Since the two filters are applied one after the other and both are time domain filters, they can be combined in one filter by convolving their filter coefficients. This reduces the requirements concerning the storage need and the speed of the digital filter processor.
Finally, a further digital filter (called spatial frequency filter) can be applied to the resulting values of the combined compensation and interpolation filter, which carries out reduction of the data to the desired spectral range. This filter cannot be linked with the combined filter since it has to be applied to spatially equidistant sampling values; however, it can be carried out by the same processor.
The time-equidistant sampling method allows simultaneous recording of the variations in time and the absolute positions of the zero crossings of the reference signal. After corresponding conversion of the ADC signals to spatially equidistant positions of the mirror (interpolation filter), a signal quality can be achieved which is at least equal to the one of the above-described spatially equidistant sampling method, wherein, however, the experimenter is given considerably more flexibility since not only the zero crossings but any intermediate values can be used for digitization. A further, very important advantage of the method according to Brault consists in the possible correction of the apparatus function by the above-described compensation filter which corresponds to deconvolution of the transfer function of the detector from the spectra.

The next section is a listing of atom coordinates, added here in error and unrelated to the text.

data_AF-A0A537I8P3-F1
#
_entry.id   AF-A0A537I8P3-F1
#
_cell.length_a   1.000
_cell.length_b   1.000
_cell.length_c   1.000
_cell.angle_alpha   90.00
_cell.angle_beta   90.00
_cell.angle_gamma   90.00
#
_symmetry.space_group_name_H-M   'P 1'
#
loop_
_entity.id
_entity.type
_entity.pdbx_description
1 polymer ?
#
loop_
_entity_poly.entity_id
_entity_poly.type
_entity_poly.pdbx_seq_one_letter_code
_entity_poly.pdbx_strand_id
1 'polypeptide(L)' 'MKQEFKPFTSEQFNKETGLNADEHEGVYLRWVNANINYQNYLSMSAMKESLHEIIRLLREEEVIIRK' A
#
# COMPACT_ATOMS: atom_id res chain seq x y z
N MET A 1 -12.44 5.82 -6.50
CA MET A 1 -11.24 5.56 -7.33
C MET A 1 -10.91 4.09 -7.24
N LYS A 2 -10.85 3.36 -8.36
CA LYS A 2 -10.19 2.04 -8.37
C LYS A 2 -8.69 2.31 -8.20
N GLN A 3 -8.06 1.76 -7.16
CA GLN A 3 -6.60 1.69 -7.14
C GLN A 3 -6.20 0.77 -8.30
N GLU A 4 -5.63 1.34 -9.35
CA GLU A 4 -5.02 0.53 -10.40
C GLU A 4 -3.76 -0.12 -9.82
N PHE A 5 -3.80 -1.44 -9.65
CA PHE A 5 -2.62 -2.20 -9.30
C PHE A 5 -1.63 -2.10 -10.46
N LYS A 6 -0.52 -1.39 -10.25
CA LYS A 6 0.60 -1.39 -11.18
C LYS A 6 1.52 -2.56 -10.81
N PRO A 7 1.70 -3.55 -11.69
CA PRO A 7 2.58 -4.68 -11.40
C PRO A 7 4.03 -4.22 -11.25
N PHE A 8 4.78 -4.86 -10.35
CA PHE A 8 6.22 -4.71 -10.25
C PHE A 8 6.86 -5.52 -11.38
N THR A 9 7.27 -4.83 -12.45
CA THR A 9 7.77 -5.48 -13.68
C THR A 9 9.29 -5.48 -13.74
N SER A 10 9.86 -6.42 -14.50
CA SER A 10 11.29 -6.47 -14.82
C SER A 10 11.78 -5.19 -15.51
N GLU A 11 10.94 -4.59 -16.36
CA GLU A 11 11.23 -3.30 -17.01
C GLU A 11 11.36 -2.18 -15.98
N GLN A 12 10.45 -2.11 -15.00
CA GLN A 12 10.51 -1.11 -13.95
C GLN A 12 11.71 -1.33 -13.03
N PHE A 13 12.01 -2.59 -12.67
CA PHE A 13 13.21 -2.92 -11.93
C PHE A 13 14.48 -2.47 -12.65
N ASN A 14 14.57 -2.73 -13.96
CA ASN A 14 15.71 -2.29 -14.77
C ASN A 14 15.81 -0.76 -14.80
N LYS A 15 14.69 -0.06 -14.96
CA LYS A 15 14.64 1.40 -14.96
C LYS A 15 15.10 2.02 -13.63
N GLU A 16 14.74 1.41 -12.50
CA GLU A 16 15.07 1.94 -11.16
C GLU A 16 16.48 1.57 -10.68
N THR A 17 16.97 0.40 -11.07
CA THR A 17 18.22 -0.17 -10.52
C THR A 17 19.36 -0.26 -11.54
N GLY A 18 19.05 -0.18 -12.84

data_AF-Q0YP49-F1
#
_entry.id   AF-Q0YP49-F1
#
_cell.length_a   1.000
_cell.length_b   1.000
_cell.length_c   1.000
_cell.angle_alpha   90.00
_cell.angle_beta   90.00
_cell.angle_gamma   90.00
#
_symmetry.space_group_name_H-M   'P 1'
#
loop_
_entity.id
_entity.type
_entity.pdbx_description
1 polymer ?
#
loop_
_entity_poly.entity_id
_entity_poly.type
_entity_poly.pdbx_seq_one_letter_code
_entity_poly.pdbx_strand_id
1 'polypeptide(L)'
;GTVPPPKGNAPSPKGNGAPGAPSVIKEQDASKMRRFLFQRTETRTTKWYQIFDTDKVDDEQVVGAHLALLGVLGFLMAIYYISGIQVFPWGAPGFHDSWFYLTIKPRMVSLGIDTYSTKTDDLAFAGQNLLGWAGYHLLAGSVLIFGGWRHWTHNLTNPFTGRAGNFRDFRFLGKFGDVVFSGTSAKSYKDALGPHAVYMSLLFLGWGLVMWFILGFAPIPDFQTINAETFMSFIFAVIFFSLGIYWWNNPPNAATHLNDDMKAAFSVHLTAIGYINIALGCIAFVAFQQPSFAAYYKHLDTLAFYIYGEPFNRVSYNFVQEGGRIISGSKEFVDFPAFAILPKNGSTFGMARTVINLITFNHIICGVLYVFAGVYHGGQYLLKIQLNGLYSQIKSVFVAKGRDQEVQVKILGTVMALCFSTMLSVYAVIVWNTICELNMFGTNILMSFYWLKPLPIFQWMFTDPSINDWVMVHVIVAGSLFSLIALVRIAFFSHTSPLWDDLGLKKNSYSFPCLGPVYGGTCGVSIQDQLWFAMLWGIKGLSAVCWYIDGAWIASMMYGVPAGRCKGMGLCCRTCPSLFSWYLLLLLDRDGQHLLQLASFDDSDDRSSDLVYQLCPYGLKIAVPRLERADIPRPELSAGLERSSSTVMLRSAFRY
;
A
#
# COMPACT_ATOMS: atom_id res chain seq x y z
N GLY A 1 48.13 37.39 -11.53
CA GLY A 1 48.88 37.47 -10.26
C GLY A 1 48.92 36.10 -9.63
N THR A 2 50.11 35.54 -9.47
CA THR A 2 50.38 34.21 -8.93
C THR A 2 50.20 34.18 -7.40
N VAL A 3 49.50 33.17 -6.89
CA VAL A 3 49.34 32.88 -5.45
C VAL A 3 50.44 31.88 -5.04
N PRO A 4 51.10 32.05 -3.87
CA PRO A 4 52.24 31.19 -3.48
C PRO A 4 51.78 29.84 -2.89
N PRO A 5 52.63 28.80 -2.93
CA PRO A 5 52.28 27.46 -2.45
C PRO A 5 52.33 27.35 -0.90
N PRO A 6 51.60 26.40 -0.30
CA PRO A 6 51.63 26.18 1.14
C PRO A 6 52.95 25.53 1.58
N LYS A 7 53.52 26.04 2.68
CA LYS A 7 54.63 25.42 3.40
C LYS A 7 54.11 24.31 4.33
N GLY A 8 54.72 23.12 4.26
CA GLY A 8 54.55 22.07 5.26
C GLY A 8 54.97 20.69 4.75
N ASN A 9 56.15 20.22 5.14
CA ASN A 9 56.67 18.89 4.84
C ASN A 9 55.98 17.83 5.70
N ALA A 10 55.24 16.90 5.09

In known spectrometers, the detector signal of which is not sampled in a time-equidistant manner but in a spatially equidistant manner, the expense connected with the apparatus is considerably higher. The sampling signal does not have a constant frequency but depends on the speed of the drive. For this reason, it is not possible to synchronize a switched power supply by means of the sampling signal. In order to achieve the required measurement accuracy, which should be larger than 16 bit, the product of ripple and interference suppression of the supply voltage of the data acquisition electronics has to be less than 1/(216) of the supply voltage range. It is not possible to achieve such accuracy with the currently known switched power supplies. For this reason, in spectrometers with spatially equidistant signal sampling, the data recording part has to be supplied from a separate linear power supply and furthermore, has to be galvanically separated from the switched supply of the electronic control unit of the drive. The required linear power supply, the use of separate voltage supplies and the galvanic separation of the data acquisition electronics and the electronic control unit of the linear drive, however, cause high expenses.